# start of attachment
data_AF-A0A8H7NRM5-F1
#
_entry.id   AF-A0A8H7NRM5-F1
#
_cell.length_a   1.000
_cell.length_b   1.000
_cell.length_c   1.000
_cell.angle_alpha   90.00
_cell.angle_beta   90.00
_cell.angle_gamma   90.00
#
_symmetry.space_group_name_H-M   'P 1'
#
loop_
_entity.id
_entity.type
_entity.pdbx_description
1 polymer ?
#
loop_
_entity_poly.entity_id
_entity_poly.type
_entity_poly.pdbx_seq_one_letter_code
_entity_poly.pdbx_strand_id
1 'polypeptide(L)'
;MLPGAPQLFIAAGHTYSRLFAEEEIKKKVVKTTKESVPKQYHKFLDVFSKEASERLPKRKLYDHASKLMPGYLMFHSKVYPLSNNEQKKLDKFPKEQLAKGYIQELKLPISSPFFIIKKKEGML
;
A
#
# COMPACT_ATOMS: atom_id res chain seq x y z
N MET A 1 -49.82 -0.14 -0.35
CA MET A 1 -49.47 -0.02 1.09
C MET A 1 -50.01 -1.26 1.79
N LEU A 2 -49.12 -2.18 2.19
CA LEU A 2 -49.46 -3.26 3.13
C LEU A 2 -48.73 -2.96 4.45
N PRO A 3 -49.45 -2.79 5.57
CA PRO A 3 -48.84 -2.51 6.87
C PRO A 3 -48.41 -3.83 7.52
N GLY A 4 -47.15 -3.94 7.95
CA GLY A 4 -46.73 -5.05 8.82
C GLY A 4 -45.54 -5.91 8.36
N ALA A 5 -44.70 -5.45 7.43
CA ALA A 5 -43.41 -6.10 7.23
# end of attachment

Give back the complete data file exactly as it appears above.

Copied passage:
data_AF-A0A8H7NRM5-F1
#
_entry.id   AF-A0A8H7NRM5-F1
#
_cell.length_a   1.000
_cell.length_b   1.000
_cell.length_c   1.000
_cell.angle_alpha   90.00
_cell.angle_beta   90.00
_cell.angle_gamma   90.00
#
_symmetry.space_group_name_H-M   'P 1'
#
loop_
_entity.id
_entity.type
_entity.pdbx_description
1 polymer ?
#
loop_
_entity_poly.entity_id
_entity_poly.type
_entity_poly.pdbx_seq_one_letter_code
_entity_poly.pdbx_strand_id
1 'polypeptide(L)'
;MLPGAPQLFIAAGHTYSRLFAEEEIKKKVVKTTKESVPKQYHKFLDVFSKEASERLPKRKLYDHASKLMPGYLMFHSKVYPLSNNEQKKLDKFPKEQLAKGYIQELKLPISSPFFIIKKKEGML
;
A
#
# COMPACT_ATOMS: atom_id res chain seq x y z
N MET A 1 -49.82 -0.14 -0.35
CA MET A 1 -49.47 -0.02 1.09
C MET A 1 -50.01 -1.26 1.79
N LEU A 2 -49.12 -2.18 2.19
CA LEU A 2 -49.46 -3.26 3.13
C LEU A 2 -48.73 -2.96 4.45
N PRO A 3 -49.45 -2.79 5.57
CA PRO A 3 -48.84 -2.51 6.87
C PRO A 3 -48.41 -3.83 7.52
N GLY A 4 -47.15 -3.94 7.95
CA GLY A 4 -46.73 -5.05 8.82
C GLY A 4 -45.54 -5.91 8.36
N ALA A 5 -44.70 -5.45 7.43
CA ALA A 5 -43.41 -6.10 7.23